We’re asked this question a lot, and we think there’s no one right answer. The same presentation can be delivered using fifty slides, ten, one or none.
But there are a few parameters that can be used as a guide when deciding how many slides are appropriate for a particular business presentation. Longer presentations can benefit from more slides, since the slides help to retain audience attention. Complex subjects can benefit from as many slides as are needed to elucidate complicated ideas and concepts.
But in general, the number of slides used is a matter of choice. The bottom line here has to do with the PURPOSE of the slides.
Using slides to maximize the impact of your story
This is our preferred (and the most common) approach. You have a story to tell, and you want to maximize the impact of your delivery.
In this case, we slice the story into pieces, each one conveying an important message or concept, and we create a slide for each slice.
If you create lean slides that complement (not duplicate) your message, this approach has many benefits:
- It associates the visuals with the messages, which aids in retention and recall. It’s easier to remember a message that’s been delivered with a visual cue.
- It clearly defines where a message or topic starts and ends. It creates sub-stories and helps an audience to mentally organize the pieces of the whole content.
- It helps the presenter to follow a pre-defined flow, one that touches on both reason and emotion, without the fear of skipping a key message.
- It helps to create not-boring presentations, especially when you’re using slides with very little text. Visuals help a presenter to be entertaining.
The list of benefits that result from the use of lean and complementary slides is in fact much longer than what I can fit in this post.
In this case, basically, the number of slides is dependent on the length of the story and the number of topics/messages you want to convey.
Using slides to elucidate technical information
If all you’re concerned with is using slides to explain a structure, flow or process, you may choose to limit your visuals to elements that comprise those themes and spend a lot of time on each slide.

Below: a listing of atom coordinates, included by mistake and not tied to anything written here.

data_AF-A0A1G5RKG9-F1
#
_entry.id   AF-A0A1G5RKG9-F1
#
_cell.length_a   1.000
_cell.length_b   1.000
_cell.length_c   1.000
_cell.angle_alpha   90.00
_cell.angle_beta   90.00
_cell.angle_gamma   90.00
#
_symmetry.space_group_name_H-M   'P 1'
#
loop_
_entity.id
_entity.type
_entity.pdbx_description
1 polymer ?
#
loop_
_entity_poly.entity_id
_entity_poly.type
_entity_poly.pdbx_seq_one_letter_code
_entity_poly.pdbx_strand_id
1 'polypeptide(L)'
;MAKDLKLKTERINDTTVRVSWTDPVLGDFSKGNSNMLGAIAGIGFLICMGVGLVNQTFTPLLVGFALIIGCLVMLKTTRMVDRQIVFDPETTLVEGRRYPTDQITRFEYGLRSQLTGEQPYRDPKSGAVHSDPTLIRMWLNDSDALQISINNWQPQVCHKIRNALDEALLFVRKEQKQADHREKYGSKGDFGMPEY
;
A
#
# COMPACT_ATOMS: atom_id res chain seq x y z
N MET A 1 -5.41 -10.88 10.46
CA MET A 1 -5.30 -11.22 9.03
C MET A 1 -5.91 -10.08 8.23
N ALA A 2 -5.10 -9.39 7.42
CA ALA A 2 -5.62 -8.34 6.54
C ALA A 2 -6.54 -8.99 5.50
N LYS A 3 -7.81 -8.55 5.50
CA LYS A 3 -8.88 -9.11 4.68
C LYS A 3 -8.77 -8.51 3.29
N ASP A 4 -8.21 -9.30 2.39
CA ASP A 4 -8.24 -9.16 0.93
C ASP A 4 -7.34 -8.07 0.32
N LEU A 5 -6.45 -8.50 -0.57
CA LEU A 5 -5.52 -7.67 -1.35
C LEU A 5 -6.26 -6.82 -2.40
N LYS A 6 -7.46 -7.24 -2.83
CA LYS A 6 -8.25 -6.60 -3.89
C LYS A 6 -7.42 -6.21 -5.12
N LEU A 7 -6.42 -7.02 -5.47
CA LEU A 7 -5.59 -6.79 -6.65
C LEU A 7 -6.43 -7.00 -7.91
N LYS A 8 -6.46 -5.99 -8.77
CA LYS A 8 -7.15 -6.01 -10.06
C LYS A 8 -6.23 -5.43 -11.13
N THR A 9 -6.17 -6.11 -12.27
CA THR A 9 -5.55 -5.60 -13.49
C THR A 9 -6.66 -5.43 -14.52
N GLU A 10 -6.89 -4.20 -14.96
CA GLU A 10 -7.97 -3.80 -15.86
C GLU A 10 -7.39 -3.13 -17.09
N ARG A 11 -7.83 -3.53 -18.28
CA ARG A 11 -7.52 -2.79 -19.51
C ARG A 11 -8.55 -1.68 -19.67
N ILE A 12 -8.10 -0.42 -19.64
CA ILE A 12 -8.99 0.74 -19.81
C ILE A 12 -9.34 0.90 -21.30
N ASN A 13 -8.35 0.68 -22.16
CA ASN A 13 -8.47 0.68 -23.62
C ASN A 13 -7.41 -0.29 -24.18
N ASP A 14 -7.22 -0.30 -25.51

This category includes flow charts, structural diagrams, organizational charts, process charts, and so forth.
Some structures or architectures are nearly impossible to explain without visual support. In this case, the number of slides is sharply reduced, limited to the number of structures you need to explain.
Since this issue very often arises with technical presentations, a word of caution is needed. If you decide to use slides ONLY for this type of graphic message, it’s important to remember that this is only PART of the whole. If you want to engage, entertain and move your audience, your STORY should go beyond the technical explanation of flows and structures and be told in a way that moves the audience toward your objective.
And moving an audience toward a pre-defined objective is rarely accomplished with graphics alone, even when an audience DOES understand your technical explanations.
Using a slide show as teleprompter
This is the worst case scenario. And the most common.
In this scenario, the presenter is not well prepared. The presenter NEEDS the slides to deliver the speech. The content can’t be delivered without it.
And so the presenter ends up reading the slides to the audience. The consequences are devastating: boredom and disengagement. Nobody will remember a thing.
This is not desirable, to put it mildly. But if you find yourself in this situation, try at least to minimize the amount of text used in the slides. And if you can’t do this, try to create more slides, so that you have less text per slide.
Using no slides
This is necessary in many situations when it’s not possible to use a computer or projector, or when you’re caught by surprise, having found a great opportunity to present without notice.
But the no-slide approach also puts a much heavier burden on the presenter. Since there are no slides to support the story, the presenter needs to be well trained and has to “own” the story. Because the speech will be the only tool available to move the audience.
And while this is do-able, it requires fine presenting skills and a great, carefully crafted story.
So how many slides do you need to deliver a great business presentation?
Think of the number of slides as a consequence of your goal, context and story, and not as a pre-determined parameter you need to stick to.
Just keep in mind that the slides are there to support and complement the story. The slides are never the story.